Further, a measure to counter the high temperature inside the interior member has been undertaken to have the electronic component parts wound with heat insulating material such as urethane form or resin felt.

Also, another proposal has been made to provide a structure wherein lowering the temperature inside the compartment allows the surface or the inside of the interior member to be cooled. Japanese Patent Application Laid-Open Publication No. 9-295509 discloses a structure in which a solar battery is used as an electric power supply to achieve forced ventilation in the vehicle compartment.

SUMMARY OF THE INVENTION

However, upon careful studies undertaken by the present inventors, with the structure wherein such heat insulating material is applied to the electronic component parts inside the interior member, the heat insulating material merely plays a roll to delay the temperature rise, resulting in occurrence of no fundamental measure.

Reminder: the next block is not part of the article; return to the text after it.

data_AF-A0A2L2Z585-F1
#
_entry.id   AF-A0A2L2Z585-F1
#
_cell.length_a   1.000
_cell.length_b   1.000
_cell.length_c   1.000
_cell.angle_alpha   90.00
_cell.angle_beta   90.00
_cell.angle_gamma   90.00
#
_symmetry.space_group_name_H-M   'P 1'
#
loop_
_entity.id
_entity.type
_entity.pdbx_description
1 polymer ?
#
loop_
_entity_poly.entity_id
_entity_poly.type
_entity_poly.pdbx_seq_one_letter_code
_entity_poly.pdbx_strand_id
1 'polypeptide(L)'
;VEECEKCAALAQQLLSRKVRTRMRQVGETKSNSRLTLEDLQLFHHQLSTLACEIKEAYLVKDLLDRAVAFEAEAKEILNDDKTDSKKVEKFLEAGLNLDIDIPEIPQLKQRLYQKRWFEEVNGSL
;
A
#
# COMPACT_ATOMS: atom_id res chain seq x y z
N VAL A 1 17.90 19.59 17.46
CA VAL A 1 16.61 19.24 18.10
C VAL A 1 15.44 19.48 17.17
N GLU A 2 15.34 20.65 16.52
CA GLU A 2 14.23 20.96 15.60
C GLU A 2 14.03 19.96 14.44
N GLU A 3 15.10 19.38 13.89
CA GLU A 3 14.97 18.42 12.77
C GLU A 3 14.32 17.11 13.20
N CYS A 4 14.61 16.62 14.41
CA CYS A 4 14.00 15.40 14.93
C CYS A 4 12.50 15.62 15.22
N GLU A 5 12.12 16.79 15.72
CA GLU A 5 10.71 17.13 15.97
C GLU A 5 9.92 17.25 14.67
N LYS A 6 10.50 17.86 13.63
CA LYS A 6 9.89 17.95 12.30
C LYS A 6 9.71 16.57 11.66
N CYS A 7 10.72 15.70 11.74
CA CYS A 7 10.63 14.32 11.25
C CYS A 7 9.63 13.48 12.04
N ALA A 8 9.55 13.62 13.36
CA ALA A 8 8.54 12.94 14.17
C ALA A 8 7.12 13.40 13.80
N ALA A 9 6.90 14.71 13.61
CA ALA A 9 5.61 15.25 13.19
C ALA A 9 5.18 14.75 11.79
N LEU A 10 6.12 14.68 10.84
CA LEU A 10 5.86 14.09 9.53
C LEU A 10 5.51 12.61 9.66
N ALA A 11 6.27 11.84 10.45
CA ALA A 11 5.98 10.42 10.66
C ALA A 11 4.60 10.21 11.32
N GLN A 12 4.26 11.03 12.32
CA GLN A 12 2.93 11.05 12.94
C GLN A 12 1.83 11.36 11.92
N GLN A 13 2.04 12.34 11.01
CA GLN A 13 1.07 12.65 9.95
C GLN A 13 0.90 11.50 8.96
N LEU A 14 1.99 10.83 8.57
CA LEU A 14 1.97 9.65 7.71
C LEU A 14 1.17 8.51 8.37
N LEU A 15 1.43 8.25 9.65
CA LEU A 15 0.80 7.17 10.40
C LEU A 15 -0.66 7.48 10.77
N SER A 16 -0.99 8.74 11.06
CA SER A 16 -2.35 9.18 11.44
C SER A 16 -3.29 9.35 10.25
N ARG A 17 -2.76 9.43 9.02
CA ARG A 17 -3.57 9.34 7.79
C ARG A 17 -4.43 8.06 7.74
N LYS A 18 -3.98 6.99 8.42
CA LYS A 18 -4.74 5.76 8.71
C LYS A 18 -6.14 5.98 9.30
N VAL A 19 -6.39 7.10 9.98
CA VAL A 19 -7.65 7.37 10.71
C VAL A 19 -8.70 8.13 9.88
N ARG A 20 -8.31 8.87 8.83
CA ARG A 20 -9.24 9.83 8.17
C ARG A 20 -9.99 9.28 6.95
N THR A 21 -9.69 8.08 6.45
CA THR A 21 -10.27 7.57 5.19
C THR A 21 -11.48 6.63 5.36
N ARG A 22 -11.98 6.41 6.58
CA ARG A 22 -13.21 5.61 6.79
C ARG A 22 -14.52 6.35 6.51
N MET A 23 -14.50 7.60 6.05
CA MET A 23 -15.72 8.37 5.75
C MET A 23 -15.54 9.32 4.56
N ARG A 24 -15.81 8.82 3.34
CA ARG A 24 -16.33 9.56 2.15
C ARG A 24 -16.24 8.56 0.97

Further, with the structure in which the forced ventilation is performed inside the vehicle compartment using the solar battery as the electric power supply, it is required to newly install a relatively large-scaled apparatus on the vehicle, and such installation lacks actuality in view of installation method of the apparatus and a vehicle style while a marked tendency appears to provide a difficulty in practical use in view of increases in weight and cost. When taking consideration in view of the temperature rise in the vehicle compartment, ventilating air and improving a heat-exchange efficiency of air are low in efficiency to lower the room temperature, with a resultant a certain limitation in obtaining a desired result.